The unarmed monitors would be sent to the Hodeidah and its port along with the ports of Saleef and Ras Issa for an initial period of six months.

The port of Hodeida is the entry point for the bulk of Yemen's supplies of imported goods and humanitarian aid.

Talks between the government and Houthis last month in Sweden on ending the devastating war led to an agreement on the observer force.

The first group of about 20 monitors was authorized by the council last month to begin work in Yemen, but their mandate expires on Jan. 20.

The new resolution calls on UN Secretary-General Antonio Guterres to "expeditiously" deploy the United Nations Mission to support the Hodeida Agreement (UNMHA). 

The UN says a ceasefire that went into force on Dec. 18 in Hodeida has been generally holding, but there have been delays in the redeployment of rebel and government forces from the city.

Erdogan offers seminary exchange for Greek mosque minarets

Updated 16 February 2019

Erdogan offers seminary exchange for Greek mosque minarets

ANKARA: Turkish President Recep Tayyip Erdogan on Saturday suggested the mosque in Athens should open with minarets if the Greek premier wants to reopen a seminary in Istanbul.
Greek Prime Minister Alexis Tsipras was in Turkey this month and visited the disputed landmarks of Hagia Sophia and the now-closed Greek Orthodox Halki seminary.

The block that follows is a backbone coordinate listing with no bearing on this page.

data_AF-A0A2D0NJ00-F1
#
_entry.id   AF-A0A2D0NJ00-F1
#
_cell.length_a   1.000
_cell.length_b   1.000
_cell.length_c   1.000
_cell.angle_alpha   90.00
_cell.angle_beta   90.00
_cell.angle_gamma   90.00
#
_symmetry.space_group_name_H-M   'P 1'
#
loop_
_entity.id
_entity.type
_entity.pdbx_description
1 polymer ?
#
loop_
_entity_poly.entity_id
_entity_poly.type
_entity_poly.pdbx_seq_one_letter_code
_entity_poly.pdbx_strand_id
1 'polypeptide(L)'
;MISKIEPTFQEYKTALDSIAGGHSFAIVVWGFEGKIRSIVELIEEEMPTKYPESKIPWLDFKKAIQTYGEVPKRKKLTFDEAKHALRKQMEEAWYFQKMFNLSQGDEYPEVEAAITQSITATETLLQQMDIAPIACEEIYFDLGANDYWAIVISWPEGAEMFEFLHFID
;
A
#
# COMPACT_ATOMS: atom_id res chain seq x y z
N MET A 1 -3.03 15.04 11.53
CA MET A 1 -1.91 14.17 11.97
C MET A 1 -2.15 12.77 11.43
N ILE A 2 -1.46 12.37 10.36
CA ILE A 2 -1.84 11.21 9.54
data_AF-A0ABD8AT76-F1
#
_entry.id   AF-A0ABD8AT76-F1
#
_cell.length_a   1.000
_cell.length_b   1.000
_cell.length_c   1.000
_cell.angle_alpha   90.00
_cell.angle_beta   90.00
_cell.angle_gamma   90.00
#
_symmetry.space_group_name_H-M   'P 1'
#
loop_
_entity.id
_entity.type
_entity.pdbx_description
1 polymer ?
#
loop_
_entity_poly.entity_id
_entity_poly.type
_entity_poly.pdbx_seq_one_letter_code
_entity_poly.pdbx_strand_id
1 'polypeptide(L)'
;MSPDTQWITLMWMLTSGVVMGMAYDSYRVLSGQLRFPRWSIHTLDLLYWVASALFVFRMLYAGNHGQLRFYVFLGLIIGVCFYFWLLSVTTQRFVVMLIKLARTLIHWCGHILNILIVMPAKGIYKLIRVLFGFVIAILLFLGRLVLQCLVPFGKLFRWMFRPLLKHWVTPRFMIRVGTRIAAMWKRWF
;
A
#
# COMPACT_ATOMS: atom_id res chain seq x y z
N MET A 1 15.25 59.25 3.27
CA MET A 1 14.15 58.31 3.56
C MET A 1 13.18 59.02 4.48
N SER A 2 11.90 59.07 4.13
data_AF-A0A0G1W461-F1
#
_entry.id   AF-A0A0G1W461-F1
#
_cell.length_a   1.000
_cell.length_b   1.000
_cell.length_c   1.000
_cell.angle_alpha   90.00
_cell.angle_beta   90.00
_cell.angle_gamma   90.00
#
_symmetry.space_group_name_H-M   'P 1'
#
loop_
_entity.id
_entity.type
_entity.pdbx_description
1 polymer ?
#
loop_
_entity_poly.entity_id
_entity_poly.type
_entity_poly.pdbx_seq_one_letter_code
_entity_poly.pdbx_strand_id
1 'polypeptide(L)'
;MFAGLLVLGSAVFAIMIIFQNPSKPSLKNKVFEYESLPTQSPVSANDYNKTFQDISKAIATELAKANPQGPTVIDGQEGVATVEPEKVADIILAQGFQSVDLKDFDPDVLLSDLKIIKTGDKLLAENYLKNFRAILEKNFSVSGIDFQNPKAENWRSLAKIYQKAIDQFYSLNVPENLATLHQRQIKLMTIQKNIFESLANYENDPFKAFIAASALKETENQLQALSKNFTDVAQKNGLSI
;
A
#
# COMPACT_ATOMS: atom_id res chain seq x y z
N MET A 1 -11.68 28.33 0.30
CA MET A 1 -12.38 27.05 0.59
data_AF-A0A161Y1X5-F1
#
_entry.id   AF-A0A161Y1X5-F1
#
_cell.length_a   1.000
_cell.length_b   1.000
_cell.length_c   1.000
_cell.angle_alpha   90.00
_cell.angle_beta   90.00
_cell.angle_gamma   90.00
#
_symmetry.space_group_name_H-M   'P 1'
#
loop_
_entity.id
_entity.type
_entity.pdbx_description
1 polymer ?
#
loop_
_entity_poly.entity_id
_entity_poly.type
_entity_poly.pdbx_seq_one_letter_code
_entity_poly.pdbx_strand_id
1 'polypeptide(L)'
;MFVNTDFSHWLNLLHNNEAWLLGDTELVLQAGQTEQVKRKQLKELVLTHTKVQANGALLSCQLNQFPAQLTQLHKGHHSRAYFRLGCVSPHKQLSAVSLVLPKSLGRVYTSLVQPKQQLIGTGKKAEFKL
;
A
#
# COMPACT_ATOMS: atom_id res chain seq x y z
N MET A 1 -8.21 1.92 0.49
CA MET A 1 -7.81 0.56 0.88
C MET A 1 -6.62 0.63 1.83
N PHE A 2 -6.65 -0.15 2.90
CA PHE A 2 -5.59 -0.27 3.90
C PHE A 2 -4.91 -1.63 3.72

Tsipras said during the visit to the seminary located on Heybeli island off Istanbul on February 6 he hoped to reopen the school next time with Erdogan.
Future priests of the Constantinople diocese had been trained at the seminary, which was closed in 1971 after tensions between Ankara and Athens over Cyprus.
Erdogan on Saturday complained that the Fethiye Mosque in Athens had no minarets despite Greek insistence that it would open.
The mosque was built in 1458 during the Ottoman occupation of Greece but has not been used as a mosque since 1821.
“Look you want something from us, you want the Halki seminary. And I tell you (Greece), come, let’s open the Fethiye Mosque,” Erdogan said during a rally in the northwestern province of Edirne ahead of local elections on March 31.
“They said, ‘we are opening the mosque’ but I said, why isn’t there a minaret? Can a church be a church without a bell tower?” he said, describing his talks with Tsipras.
“We say, you want to build a bell tower? Come and do it... But what is an essential part of our mosques? The minarets,” the Turkish president added.
Erdogan said Tsipras told him he was wary of criticism from the Greek opposition.
After the independence war against Ottomans began in 1821, the minaret is believed by some to have been destroyed because it was a symbol of the Ottoman occupation.
Ankara had returned land taken from the seminary in 1943 but there is still international pressure on Turkey to reopen it.
Erdogan has previously said that its reopening is dependent on reciprocal steps from Greece to enhance the rights of the Turkish minority.